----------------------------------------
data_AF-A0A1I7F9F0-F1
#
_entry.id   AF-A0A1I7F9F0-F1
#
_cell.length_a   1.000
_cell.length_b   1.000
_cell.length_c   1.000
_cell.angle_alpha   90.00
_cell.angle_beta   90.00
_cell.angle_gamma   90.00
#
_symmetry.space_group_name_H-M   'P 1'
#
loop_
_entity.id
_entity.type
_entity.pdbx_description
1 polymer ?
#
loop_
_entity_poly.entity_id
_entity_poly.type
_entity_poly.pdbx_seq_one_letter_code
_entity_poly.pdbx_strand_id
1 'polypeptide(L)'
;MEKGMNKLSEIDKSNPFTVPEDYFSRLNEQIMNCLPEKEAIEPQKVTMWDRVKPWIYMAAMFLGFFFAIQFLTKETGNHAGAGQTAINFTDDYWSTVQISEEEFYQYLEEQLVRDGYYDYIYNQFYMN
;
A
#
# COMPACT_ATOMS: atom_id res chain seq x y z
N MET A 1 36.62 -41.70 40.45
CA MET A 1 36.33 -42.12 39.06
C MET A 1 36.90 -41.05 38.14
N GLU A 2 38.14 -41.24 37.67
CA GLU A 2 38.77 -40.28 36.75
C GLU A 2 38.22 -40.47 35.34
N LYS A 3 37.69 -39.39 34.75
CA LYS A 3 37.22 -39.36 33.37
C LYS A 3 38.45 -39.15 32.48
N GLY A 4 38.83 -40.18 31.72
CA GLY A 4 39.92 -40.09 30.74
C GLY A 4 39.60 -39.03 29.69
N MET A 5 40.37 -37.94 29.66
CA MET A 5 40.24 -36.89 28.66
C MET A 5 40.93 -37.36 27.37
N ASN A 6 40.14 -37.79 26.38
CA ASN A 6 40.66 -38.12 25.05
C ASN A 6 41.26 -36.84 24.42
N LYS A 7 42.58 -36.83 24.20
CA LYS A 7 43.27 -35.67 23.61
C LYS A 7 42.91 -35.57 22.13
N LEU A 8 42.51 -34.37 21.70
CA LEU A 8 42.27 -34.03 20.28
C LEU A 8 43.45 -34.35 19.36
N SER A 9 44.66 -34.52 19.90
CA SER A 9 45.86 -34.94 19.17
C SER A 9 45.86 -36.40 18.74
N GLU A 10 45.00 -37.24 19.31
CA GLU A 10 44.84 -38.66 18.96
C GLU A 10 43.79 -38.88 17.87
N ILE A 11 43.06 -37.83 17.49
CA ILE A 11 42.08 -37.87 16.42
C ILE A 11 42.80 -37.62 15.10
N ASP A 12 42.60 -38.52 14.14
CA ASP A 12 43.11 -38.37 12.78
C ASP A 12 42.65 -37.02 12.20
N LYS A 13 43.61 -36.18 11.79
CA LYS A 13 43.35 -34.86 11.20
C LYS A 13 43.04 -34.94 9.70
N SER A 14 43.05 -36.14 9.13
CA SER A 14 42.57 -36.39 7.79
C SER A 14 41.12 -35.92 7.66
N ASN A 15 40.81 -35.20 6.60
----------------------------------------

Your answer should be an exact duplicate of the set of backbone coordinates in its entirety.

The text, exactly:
data_AF-A0A1I7F9F0-F1
#
_entry.id   AF-A0A1I7F9F0-F1
#
_cell.length_a   1.000
_cell.length_b   1.000
_cell.length_c   1.000
_cell.angle_alpha   90.00
_cell.angle_beta   90.00
_cell.angle_gamma   90.00
#
_symmetry.space_group_name_H-M   'P 1'
#
loop_
_entity.id
_entity.type
_entity.pdbx_description
1 polymer ?
#
loop_
_entity_poly.entity_id
_entity_poly.type
_entity_poly.pdbx_seq_one_letter_code
_entity_poly.pdbx_strand_id
1 'polypeptide(L)'
;MEKGMNKLSEIDKSNPFTVPEDYFSRLNEQIMNCLPEKEAIEPQKVTMWDRVKPWIYMAAMFLGFFFAIQFLTKETGNHAGAGQTAINFTDDYWSTVQISEEEFYQYLEEQLVRDGYYDYIYNQFYMN
;
A
#
# COMPACT_ATOMS: atom_id res chain seq x y z
N MET A 1 36.62 -41.70 40.45
CA MET A 1 36.33 -42.12 39.06
C MET A 1 36.90 -41.05 38.14
N GLU A 2 38.14 -41.24 37.67
CA GLU A 2 38.77 -40.28 36.75
C GLU A 2 38.22 -40.47 35.34
N LYS A 3 37.69 -39.39 34.75
CA LYS A 3 37.22 -39.36 33.37
C LYS A 3 38.45 -39.15 32.48
N GLY A 4 38.83 -40.18 31.72
CA GLY A 4 39.92 -40.09 30.74
C GLY A 4 39.60 -39.03 29.69
N MET A 5 40.37 -37.94 29.66
CA MET A 5 40.24 -36.89 28.66
C MET A 5 40.93 -37.36 27.37
N ASN A 6 40.14 -37.79 26.38
CA ASN A 6 40.66 -38.12 25.05
C ASN A 6 41.26 -36.84 24.42
N LYS A 7 42.58 -36.83 24.20
CA LYS A 7 43.27 -35.67 23.61
C LYS A 7 42.91 -35.57 22.13
N LEU A 8 42.51 -34.37 21.70
CA LEU A 8 42.27 -34.03 20.28
C LEU A 8 43.45 -34.35 19.36
N SER A 9 44.66 -34.52 19.90
CA SER A 9 45.86 -34.94 19.17
C SER A 9 45.86 -36.40 18.74
N GLU A 10 45.00 -37.24 19.31
CA GLU A 10 44.84 -38.66 18.96
C GLU A 10 43.79 -38.88 17.87
N ILE A 11 43.06 -37.83 17.49
CA ILE A 11 42.08 -37.87 16.42
C ILE A 11 42.80 -37.62 15.10
N ASP A 12 42.60 -38.52 14.14
CA ASP A 12 43.11 -38.37 12.78
C ASP A 12 42.65 -37.02 12.20
N LYS A 13 43.61 -36.18 11.79
CA LYS A 13 43.35 -34.86 11.20
C LYS A 13 43.04 -34.94 9.70
N SER A 14 43.05 -36.14 9.13
CA SER A 14 42.57 -36.39 7.79
C SER A 14 41.12 -35.92 7.66
N ASN A 15 40.81 -35.20 6.60